Suit filed to disqualify surprise Democrat in Lafayette mayor-president race

Priscilla Gonzalez campaign image
Priscilla Gonzalez, who says she has lived in Lafayette since late 2020, plans to fight a challenge to her qualification for mayor-president. A hearing is set for Friday at 4 p.m. Image courtesy Priscilla Gonzalez for mayor-president Facebook page

A lawsuit challenging the qualification of Priscilla Gonzalez in the race for Lafayette’s mayor-president was filed Wednesday morning by a local good government activist. The suit claims Gonzalez failed to meet the residency requirements of Lafayette’s Home Rule Charter and that she falsely certified she had filed federal and state income tax returns over the past five years. 

On Aug. 10, the final day of qualifying for the Oct. 14 election, Gonzalez registered to vote in Louisiana and signed qualification papers to run as a Democrat, joining a field of three Republicans, incumbent Mayor-President Josh Guillory, Jan Swift and Monique Blanco Boulet. 

Gonzalez, a political unknown in Lafayette who previously ran for mayor of Corpus Christi, cuts an unusual profile for a mayoral candidate. A self-described “leftist,” she’s taken flack for brandishing campaign swag supporting Republican gubernatorial frontrunner Jeff Landry, a bogeyman of Louisiana progressives and Democrats. 

Her candidacy is being challenged on the grounds that she does not meet the one-year residency and domiciliary requirements of Lafayette’s Home Rule Charter, which provides that candidates have been “legally domiciled within the parish for at least one (1) year immediately preceding the time established by law for qualifying for office.” 

Gonzalez says she is “up for the challenge.” 

“They can bring anything they want against me. They just don’t know my history,” she says. “They don’t know I actually sue people for a living.

“I have a case in federal court right now, and there’s nothing more that I love than going to court. … This is fun for me. This is my extracurricular activity,” Gonzalez adds, explaining that she works on a contract basis for personal injury lawyers and people who have been wrongfully terminated. Gonzalez, who has a degree in political science, says she did coursework to become a paralegal but did not complete the certification process. She is not an attorney. 

Lafayette Parish Clerk of Court Louis Perret told the Acadiana Advocate that when Gonzalez first arrived at the courthouse to qualify as a candidate she was not registered to vote in Louisiana and did not have a valid Louisiana driver’s license. According to the lawsuit, her driver’s license and vehicle were still registered to Texas at that time; she ran for mayor of Corpus Christi in 2020.

Gonzalez told the paper she left the courthouse and obtained a Louisiana driver’s license (she actually got a REAL ID, according to court testimony on Aug. 18), registered to vote and returned to Perret’s office to qualify. On the notice of candidacy qualifying form, where candidates must attest that they are a duly qualified elector of Lafayette Parish, the word “NONE” is written in next to Parish, and the line for precinct identification is left blank. (Perret clarified to The Current that “NONE” was written in by his office on instruction from the secretary of state because her registration was still in the queue, but she was later given a precinct.)

Citing precedent, the suit asserts that domicile consists of two elements: actual residence and the intent to remain in that place. Gonzalez told the Acadiana Advocate she delayed her voter registration because she was undecided about whether she would return to Corpus Christi or remain in Lafayette. The 39-year-old ran for mayor of Corpus Christi in November 2020, the last time records show her voting in that state and the same month she says she moved to Lafayette to care for her mother and stepfather who live in Lafayette. Her elderly father remains in Corpus Christi, Gonzalez said.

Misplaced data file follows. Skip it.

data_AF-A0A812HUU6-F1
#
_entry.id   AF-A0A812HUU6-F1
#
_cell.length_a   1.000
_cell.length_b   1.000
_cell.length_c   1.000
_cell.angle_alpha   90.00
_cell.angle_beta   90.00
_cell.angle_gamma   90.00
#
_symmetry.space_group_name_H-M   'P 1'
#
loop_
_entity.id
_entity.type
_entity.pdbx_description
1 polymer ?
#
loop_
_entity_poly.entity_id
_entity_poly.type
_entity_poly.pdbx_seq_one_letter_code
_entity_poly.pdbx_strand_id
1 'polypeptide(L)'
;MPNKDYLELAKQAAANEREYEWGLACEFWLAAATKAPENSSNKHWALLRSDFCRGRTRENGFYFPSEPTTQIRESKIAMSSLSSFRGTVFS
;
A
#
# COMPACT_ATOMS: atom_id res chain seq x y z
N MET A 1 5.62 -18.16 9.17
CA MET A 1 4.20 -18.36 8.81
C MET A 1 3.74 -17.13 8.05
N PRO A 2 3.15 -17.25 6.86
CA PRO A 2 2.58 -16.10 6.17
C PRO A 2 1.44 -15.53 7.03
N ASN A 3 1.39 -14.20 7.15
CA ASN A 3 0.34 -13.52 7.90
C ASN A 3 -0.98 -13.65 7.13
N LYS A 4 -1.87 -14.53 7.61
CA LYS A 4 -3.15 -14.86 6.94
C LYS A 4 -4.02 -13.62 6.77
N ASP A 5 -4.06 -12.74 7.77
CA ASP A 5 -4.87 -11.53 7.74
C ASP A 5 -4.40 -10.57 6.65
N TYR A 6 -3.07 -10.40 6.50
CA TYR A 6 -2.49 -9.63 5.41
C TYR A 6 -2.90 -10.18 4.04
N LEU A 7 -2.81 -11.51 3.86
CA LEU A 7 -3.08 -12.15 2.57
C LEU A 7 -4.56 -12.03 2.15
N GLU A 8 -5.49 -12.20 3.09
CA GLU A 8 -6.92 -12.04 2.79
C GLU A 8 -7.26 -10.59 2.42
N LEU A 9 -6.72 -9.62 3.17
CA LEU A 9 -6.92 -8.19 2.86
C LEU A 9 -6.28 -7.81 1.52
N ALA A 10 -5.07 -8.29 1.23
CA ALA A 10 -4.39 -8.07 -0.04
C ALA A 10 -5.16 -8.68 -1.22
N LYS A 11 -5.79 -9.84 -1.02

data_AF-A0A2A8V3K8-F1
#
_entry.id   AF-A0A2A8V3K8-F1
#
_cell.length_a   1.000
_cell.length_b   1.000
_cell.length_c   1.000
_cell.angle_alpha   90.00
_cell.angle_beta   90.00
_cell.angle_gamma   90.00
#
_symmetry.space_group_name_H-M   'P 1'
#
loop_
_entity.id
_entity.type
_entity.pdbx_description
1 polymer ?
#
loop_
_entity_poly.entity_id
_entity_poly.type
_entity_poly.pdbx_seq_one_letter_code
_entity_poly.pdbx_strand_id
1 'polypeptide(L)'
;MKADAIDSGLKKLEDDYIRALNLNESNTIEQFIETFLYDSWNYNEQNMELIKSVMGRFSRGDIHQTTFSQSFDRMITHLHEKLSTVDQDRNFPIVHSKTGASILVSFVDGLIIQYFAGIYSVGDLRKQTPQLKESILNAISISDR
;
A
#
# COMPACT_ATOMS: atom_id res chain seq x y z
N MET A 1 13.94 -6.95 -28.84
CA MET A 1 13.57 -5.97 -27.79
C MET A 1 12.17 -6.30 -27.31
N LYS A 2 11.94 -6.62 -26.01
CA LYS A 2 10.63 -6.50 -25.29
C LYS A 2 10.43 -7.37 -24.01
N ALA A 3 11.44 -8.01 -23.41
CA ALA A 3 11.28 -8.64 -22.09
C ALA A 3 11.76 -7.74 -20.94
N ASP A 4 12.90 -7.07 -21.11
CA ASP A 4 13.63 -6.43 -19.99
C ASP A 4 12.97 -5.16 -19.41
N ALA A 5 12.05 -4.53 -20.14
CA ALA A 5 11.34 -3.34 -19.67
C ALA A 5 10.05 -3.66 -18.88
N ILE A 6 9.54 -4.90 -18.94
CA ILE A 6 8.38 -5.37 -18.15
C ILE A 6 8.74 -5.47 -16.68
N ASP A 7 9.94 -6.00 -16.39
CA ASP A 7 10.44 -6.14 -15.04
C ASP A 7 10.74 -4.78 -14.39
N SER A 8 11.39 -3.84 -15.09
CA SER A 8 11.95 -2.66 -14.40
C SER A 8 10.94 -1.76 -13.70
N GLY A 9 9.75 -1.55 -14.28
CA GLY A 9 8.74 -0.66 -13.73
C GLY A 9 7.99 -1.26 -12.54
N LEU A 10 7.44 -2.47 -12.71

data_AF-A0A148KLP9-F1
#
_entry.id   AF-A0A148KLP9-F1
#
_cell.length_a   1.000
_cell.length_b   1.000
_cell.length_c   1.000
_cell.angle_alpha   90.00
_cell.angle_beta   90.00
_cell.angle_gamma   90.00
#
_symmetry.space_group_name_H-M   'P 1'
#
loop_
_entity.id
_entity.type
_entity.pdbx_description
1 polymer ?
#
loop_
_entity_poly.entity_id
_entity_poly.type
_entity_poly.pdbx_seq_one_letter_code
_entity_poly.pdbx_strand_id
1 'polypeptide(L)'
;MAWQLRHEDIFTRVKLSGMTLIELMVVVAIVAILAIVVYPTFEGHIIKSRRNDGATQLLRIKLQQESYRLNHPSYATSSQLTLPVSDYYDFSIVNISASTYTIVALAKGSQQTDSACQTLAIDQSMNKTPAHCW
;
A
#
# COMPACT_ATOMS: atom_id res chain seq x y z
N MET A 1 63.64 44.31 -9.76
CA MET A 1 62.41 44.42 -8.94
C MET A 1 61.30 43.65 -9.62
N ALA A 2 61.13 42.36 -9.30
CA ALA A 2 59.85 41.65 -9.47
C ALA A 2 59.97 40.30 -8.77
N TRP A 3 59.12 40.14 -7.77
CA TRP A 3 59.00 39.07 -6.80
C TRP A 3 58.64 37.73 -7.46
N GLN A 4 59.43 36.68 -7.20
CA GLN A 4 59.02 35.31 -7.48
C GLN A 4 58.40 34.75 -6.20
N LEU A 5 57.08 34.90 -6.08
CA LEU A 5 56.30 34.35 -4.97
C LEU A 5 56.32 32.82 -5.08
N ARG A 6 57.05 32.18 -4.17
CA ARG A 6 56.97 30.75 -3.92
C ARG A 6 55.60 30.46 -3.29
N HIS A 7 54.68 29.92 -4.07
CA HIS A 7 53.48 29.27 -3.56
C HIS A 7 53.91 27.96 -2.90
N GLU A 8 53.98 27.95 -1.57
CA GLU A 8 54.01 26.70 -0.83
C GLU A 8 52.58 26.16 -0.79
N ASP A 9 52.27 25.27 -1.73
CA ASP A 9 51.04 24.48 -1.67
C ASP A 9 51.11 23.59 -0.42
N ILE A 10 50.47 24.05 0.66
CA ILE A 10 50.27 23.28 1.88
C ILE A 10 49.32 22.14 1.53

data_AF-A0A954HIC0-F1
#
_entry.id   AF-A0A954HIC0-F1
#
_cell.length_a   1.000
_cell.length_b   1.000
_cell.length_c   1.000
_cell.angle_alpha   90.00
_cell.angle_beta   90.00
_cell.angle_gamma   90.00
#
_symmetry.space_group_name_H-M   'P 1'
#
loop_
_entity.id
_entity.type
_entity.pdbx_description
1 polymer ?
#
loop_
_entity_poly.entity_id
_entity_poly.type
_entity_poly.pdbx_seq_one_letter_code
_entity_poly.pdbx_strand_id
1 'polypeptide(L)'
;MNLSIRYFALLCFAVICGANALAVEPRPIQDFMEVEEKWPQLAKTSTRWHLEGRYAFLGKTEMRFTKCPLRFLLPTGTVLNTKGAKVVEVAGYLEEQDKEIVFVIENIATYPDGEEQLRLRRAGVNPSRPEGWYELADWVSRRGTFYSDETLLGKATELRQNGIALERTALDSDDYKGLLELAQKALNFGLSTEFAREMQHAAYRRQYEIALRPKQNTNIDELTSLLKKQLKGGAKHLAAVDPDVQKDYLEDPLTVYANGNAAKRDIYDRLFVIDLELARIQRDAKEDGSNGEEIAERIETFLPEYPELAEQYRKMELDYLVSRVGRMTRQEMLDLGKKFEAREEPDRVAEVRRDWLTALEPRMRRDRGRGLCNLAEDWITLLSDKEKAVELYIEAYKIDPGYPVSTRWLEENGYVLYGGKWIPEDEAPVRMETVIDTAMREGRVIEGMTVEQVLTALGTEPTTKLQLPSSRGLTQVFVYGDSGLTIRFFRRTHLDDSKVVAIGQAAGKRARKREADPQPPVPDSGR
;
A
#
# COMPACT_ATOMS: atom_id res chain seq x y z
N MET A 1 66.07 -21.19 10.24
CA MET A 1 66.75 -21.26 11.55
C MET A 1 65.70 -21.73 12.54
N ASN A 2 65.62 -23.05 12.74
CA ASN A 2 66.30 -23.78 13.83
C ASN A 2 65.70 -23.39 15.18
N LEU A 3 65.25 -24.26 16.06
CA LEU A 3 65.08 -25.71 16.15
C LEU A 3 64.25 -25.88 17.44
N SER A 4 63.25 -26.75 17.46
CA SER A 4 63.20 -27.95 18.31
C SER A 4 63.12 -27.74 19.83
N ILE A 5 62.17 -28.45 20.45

“Either you have remained here with the intent to make Lafayette your permanent home for the past 12 months or not,” says attorney Gary McGoffin, who is representing Aimee Boyd Robinson, the suit’s petitioner. 

Disclosure: McGoffin represents The Current in public records matters.

Gonzalez falsely claimed on qualifying papers that she had filed her federal and state income tax returns for the past five years, according to the suit, an allegation McGoffin says is supported by information from the Louisiana Department of Revenue, which confirmed it has no record of her ever filing tax returns in the state. 

Gonzales maintains she filed her federal income tax return for 2022 and is “pretty sure there is an extension” for her Louisiana tax return. 

Her surprise entry is reminiscent of the M-P race four years ago, when Carlos Harvin entered the race at the 11th hour as the only Democrat in a field of Republicans and one no-party candidate. Harvin appeared at campaign events and in campaign materials with Guillory; upon Guillory’s election, he created a new position, chief of minority affairs, and appointed Harvin to the post

Gonzalez denied to The Current and to The Acadiana Advocate the existence of any such quid pro quo this time around and says no candidate in the race sought her out to run as a Democrat.  

The lawsuit seeks to depose Gonzalez Friday, Aug. 18, at 1:30 p.m. A hearing on the matter was set by District Judge Valerie Gotch Garrett for 4 p.m. Friday. 

“The reason she is doing it doesn’t matter,” attorney McGoffin tells The Current. “The question is did she qualify.” McGoffin says he supports Blanco Boulet for mayor-president, and Robinson says she is undecided about her support. 

“My concern is a fair election, without interference from folks who want to ‘pull votes,’” Robinson tells The Current. “We stop corrupt politicians at qualifying. If they lie under penalty of perjury, they have no business being in office.”